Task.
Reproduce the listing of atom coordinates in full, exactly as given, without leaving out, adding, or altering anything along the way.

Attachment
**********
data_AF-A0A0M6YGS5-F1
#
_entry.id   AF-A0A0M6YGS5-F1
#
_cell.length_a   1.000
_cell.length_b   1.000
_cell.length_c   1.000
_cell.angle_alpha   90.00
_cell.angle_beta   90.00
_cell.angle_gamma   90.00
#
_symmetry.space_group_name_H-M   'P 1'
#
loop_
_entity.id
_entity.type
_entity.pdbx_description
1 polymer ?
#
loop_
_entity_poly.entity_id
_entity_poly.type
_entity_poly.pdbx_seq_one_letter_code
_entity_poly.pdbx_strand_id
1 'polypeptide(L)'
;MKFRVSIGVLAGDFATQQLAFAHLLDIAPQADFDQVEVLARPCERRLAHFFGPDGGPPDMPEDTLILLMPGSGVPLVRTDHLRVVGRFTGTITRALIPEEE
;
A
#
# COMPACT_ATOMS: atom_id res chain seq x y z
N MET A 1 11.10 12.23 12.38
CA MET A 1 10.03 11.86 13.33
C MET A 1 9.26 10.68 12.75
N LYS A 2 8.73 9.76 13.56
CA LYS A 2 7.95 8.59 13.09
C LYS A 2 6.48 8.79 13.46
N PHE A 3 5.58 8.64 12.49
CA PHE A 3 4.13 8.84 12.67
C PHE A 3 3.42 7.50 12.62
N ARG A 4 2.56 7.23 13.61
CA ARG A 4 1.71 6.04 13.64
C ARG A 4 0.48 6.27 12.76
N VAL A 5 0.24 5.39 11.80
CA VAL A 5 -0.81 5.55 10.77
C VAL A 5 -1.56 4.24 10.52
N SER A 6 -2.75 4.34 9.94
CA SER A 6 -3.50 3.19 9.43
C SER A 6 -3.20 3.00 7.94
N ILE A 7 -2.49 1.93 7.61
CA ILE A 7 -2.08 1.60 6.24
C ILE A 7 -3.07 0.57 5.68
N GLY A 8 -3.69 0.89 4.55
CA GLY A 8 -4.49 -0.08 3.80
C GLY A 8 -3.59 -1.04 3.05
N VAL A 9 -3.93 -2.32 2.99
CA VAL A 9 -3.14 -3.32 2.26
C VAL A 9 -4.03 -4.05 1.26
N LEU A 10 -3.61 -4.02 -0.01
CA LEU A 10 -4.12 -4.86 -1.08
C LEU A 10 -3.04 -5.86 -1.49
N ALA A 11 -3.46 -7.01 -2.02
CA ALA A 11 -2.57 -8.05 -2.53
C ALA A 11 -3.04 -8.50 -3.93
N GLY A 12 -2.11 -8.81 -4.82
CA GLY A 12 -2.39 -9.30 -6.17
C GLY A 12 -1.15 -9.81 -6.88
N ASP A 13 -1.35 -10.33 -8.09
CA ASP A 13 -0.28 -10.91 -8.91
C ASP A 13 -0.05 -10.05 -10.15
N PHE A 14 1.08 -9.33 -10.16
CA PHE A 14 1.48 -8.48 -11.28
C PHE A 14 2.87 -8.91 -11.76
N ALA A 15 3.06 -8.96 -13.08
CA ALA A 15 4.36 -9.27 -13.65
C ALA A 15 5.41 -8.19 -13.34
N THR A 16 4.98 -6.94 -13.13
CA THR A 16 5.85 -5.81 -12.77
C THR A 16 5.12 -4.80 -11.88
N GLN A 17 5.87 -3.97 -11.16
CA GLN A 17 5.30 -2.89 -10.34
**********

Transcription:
data_AF-A0A0M6YGS5-F1
#
_entry.id   AF-A0A0M6YGS5-F1
#
_cell.length_a   1.000
_cell.length_b   1.000
_cell.length_c   1.000
_cell.angle_alpha   90.00
_cell.angle_beta   90.00
_cell.angle_gamma   90.00
#
_symmetry.space_group_name_H-M   'P 1'
#
loop_
_entity.id
_entity.type
_entity.pdbx_description
1 polymer ?
#
loop_
_entity_poly.entity_id
_entity_poly.type
_entity_poly.pdbx_seq_one_letter_code
_entity_poly.pdbx_strand_id
1 'polypeptide(L)'
;MKFRVSIGVLAGDFATQQLAFAHLLDIAPQADFDQVEVLARPCERRLAHFFGPDGGPPDMPEDTLILLMPGSGVPLVRTDHLRVVGRFTGTITRALIPEEE
;
A
#
# COMPACT_ATOMS: atom_id res chain seq x y z
N MET A 1 11.10 12.23 12.38
CA MET A 1 10.03 11.86 13.33
C MET A 1 9.26 10.68 12.75
N LYS A 2 8.73 9.76 13.56
CA LYS A 2 7.95 8.59 13.09
C LYS A 2 6.48 8.79 13.46
N PHE A 3 5.58 8.64 12.49
CA PHE A 3 4.13 8.84 12.67
C PHE A 3 3.42 7.50 12.62
N ARG A 4 2.56 7.23 13.61
CA ARG A 4 1.71 6.04 13.64
C ARG A 4 0.48 6.27 12.76
N VAL A 5 0.24 5.39 11.80
CA VAL A 5 -0.81 5.55 10.77
C VAL A 5 -1.56 4.24 10.52
N SER A 6 -2.75 4.34 9.94
CA SER A 6 -3.50 3.19 9.43
C SER A 6 -3.20 3.00 7.94
N ILE A 7 -2.49 1.93 7.61
CA ILE A 7 -2.08 1.60 6.24
C ILE A 7 -3.07 0.57 5.68
N GLY A 8 -3.69 0.89 4.55
CA GLY A 8 -4.49 -0.08 3.80
C GLY A 8 -3.59 -1.04 3.05
N VAL A 9 -3.93 -2.32 2.99
CA VAL A 9 -3.14 -3.32 2.26
C VAL A 9 -4.03 -4.05 1.26
N LEU A 10 -3.61 -4.02 -0.01
CA LEU A 10 -4.12 -4.86 -1.08
C LEU A 10 -3.04 -5.86 -1.49
N ALA A 11 -3.46 -7.01 -2.02
CA ALA A 11 -2.57 -8.05 -2.53
C ALA A 11 -3.04 -8.50 -3.93
N GLY A 12 -2.11 -8.81 -4.82
CA GLY A 12 -2.39 -9.30 -6.17
C GLY A 12 -1.15 -9.81 -6.88
N ASP A 13 -1.35 -10.33 -8.09
CA ASP A 13 -0.28 -10.91 -8.91
C ASP A 13 -0.05 -10.05 -10.15
N PHE A 14 1.08 -9.33 -10.16
CA PHE A 14 1.48 -8.48 -11.28
C PHE A 14 2.87 -8.91 -11.76
N ALA A 15 3.06 -8.96 -13.08
CA ALA A 15 4.36 -9.27 -13.65
C ALA A 15 5.41 -8.19 -13.34
N THR A 16 4.98 -6.94 -13.13
CA THR A 16 5.85 -5.81 -12.77
C THR A 16 5.12 -4.80 -11.88
N GLN A 17 5.87 -3.97 -11.16
CA GLN A 17 5.30 -2.89 -10.34